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post #1 of 51 Old 12-16-2010 Thread Starter
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The Physics of Railmeat



So...in thinking about the huge forces acting on a sailboat in higher winds, I began to wonder what the real effectiveness of railmeat is. You've got maybe 1500 pounds on the rail at a pretty weak lever point - trying to counter acts TONS of force on the sail area and keel. Are these guys really making an appreciable difference? Or is this just more tradition than necessity?

What do you think?


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post #2 of 51 Old 12-16-2010
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Even if the boat stands up another degree it will sail faster. Racers don't doo anything for nothing!!!!!!!!!!!!!!!!!!!!!!!!!!!!........i2f

20 MPH ain't fast unless, you do it in a 1000sq 3/2 house on 10foot waves
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post #3 of 51 Old 12-16-2010
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I raced with a UK sailmaker. He would move crew around regularly, inlcuding keeping some on the centreline.

In really light wind you want crew to leeward to heel the boat. That will help keep the boom over and when going to weather a heeled boat is slightly faster.

When going downwind the crew is moved aft to facilitate planning and maintain the boats balance. I have seen fore/aft inclinometers in use.

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post #4 of 51 Old 12-16-2010
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Arrow Not just side-to-side trim ...

Yup, have to second what jackdale said. Paying close attention to weight distribution does play a huge roll in overall boat speed. We constantly move crew around as conditions and point of sail changes.
Using advice obtained here last winter, our overall performance this last season was much improved. Especially noticed during distance races.

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post #5 of 51 Old 12-16-2010
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I have definitely found that shifting everybody to leeward in light winds helps keep the boat moving.

I think another question about people on the weather rail is: does the benefit from keeping the boat slightly more upright exceed the drag due to extra windage?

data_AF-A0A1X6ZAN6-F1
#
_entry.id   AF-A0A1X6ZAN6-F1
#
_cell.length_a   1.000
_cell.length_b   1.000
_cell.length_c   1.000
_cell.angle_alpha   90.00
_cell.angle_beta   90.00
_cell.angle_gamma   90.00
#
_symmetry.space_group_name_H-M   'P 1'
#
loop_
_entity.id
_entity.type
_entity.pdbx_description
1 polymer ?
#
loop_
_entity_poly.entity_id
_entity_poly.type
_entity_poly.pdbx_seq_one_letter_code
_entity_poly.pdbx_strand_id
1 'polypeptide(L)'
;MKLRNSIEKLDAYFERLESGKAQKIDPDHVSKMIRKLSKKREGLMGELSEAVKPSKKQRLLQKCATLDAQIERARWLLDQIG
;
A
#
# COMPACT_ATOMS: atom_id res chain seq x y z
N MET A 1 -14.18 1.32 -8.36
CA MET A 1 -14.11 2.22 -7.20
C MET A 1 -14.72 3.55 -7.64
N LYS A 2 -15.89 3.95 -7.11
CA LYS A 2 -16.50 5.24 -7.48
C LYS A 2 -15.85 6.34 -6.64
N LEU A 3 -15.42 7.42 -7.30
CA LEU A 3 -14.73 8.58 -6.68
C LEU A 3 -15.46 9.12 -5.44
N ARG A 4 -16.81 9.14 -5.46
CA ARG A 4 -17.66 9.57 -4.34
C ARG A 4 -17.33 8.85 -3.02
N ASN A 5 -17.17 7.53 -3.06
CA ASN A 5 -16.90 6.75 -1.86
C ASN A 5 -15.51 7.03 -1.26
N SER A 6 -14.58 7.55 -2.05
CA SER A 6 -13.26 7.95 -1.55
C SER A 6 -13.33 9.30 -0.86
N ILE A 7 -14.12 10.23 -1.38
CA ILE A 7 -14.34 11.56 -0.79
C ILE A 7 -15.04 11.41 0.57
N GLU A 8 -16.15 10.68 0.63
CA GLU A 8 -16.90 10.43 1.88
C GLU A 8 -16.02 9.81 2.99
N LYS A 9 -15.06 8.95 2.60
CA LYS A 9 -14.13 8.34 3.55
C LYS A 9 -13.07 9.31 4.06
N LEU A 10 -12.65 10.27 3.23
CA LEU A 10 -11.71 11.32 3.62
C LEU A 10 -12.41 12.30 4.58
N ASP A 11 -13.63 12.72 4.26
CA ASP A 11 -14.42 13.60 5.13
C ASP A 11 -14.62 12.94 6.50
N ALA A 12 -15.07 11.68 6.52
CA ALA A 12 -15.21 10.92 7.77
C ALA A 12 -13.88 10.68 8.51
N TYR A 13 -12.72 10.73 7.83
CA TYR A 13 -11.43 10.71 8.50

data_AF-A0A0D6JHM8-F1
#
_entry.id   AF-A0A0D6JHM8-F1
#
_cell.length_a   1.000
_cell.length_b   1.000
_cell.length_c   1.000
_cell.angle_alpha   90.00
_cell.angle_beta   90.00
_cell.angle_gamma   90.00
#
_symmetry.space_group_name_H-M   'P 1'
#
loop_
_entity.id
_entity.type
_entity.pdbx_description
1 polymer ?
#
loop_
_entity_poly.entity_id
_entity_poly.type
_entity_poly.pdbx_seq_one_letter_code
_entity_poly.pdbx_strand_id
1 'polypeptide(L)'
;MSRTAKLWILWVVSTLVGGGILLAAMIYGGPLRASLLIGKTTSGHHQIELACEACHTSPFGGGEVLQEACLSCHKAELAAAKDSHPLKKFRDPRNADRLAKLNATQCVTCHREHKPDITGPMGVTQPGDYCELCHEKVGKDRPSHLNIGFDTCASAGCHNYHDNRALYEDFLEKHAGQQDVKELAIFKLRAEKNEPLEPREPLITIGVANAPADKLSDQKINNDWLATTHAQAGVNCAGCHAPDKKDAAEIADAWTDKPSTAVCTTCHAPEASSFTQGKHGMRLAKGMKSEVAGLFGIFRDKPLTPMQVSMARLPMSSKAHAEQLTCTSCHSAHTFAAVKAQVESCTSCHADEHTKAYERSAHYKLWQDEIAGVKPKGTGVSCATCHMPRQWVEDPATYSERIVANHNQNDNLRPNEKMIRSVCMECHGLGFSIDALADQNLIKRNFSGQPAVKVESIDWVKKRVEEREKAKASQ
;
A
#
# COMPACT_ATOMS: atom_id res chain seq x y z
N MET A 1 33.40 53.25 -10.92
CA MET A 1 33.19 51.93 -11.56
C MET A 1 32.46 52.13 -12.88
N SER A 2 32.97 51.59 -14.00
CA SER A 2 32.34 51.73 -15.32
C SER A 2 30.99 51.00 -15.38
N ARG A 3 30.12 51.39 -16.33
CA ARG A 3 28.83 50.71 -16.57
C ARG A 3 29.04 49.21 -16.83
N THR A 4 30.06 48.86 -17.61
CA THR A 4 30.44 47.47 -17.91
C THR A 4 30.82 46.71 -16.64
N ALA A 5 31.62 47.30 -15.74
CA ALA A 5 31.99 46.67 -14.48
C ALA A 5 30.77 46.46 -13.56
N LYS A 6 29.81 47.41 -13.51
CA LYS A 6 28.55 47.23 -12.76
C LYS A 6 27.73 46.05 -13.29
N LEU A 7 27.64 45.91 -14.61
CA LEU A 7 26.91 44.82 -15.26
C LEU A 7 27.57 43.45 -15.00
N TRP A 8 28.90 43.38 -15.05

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post #6 of 51 Old 12-16-2010
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Your not counteracting those forces, just keeping a small percentage from being lost. If you add just 1 inch per second to the boats overall speed that can add up to several boat lengths over the course of the race.

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post #7 of 51 Old 12-16-2010
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Smack, rail crew play a critical role in balancing a boat going to windward. They make a big difference. On windy days, we will collect extra guys whose only function is to sit on the boat (and drink beer and eat free sandwiches.) Fleets like the Farr 40 and some of the Jís have restrictions on number of crew members or max crew weights in order to eliminate the advantage of extra crew members. Cruising or sailing shorthanded is at a disadvantage insomuch as they canít trim for speed like a boat with a full crew.
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Quote:
Originally Posted by GeorgeB View Post
On windy days, we will collect extra guys whose only function is to sit on the boat (and drink beer and eat free sandwiches.)
You do have my number, right?


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post #9 of 51 Old 12-16-2010
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Quote:
Originally Posted by CapnBilll View Post
If you add just 1 inch per second to the boats overall speed that can add up to several boat lengths
That's 30 feet every six minutes, as a matter of fact.

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post #10 of 51 Old 12-16-2010
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Quote:
Originally Posted by GeorgeB View Post
Smack, rail crew play a critical role in balancing a boat going to windward. They make a big difference. On windy days, we will collect extra guys whose only function is to sit on the boat (and drink beer and eat free sandwiches.) Fleets like the Farr 40 and some of the Jís have restrictions on number of crew members or max crew weights in order to eliminate the advantage of extra crew members. Cruising or sailing shorthanded is at a disadvantage insomuch as they canít trim for speed like a boat with a full crew.
Besides.... It gives us fat guys something to do and makes us feel important!!!

PDean
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